By gender we mean the socially constructed
and culturally determined characteristics associated with women and men, the
assumptions made about the skills and abilities of women and men based on these
characteristics, the conditions in which women and men live and work, the
relations that exist between women and men, and how these are represented,
communicated, transmitted and maintained. We include sexual and social relations
based on sexuality, and relations of power and control based on gender.
The distinction between sex and gender is now
commonly made. Sex refers to physiological denotation - biology, hormones,
chromosomes, etc. Gender connotes the social and historical constructions of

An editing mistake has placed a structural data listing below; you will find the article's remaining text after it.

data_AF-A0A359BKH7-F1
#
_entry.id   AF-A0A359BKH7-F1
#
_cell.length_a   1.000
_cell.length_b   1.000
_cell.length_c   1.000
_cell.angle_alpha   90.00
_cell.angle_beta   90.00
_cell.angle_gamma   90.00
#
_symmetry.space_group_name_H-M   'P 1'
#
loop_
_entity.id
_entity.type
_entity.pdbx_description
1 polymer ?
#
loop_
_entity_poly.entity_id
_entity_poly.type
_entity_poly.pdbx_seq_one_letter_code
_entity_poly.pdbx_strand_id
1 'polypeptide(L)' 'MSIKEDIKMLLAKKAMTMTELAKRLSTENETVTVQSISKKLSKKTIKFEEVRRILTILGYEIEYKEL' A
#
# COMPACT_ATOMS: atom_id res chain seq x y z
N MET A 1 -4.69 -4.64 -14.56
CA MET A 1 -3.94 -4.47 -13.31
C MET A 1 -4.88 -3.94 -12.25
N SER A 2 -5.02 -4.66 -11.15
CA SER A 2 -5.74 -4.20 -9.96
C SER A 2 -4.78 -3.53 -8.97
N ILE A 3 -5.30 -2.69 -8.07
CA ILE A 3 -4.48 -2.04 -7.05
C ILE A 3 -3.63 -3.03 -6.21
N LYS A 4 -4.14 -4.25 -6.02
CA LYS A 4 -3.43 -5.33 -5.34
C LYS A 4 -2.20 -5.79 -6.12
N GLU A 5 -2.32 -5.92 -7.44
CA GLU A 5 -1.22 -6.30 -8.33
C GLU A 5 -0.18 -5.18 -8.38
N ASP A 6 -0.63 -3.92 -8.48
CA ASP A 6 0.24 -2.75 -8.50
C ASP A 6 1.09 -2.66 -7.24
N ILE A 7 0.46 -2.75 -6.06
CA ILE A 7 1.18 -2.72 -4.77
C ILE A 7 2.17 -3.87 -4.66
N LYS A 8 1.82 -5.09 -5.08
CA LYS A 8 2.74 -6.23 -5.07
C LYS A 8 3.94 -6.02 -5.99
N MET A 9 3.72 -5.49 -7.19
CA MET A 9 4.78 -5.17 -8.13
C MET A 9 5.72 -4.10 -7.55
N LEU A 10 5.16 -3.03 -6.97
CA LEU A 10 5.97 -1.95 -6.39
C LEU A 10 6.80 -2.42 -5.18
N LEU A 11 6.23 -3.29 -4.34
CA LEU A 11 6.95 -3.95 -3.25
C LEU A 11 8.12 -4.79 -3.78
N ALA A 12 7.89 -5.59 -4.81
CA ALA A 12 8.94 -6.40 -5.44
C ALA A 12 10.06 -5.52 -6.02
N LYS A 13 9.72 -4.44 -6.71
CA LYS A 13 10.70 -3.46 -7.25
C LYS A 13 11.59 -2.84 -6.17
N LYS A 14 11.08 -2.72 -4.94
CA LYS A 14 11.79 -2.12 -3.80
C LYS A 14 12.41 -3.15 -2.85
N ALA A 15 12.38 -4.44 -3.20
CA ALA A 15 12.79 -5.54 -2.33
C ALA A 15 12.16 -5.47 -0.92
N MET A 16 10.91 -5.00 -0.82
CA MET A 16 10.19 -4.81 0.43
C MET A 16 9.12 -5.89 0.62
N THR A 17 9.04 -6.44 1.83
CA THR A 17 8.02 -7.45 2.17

masculine and feminine roles, behaviours, attributes, ideologies, etc. which
refer to some notion of biological sex.
(Gender, Culture and Organisational Change: Putting Theory into
Practice: Intro; eds. Itzin & Newman: 1995, Routledge: London)
(Iman & Mama 1997: 2)
Gender is seen as the process by which individuals
who are born into biological categories of male or female become the social
categories of men and women through the acquisition of locally-defined
attributes of masculinity and feminininty.
Gender is the social organisation of sexual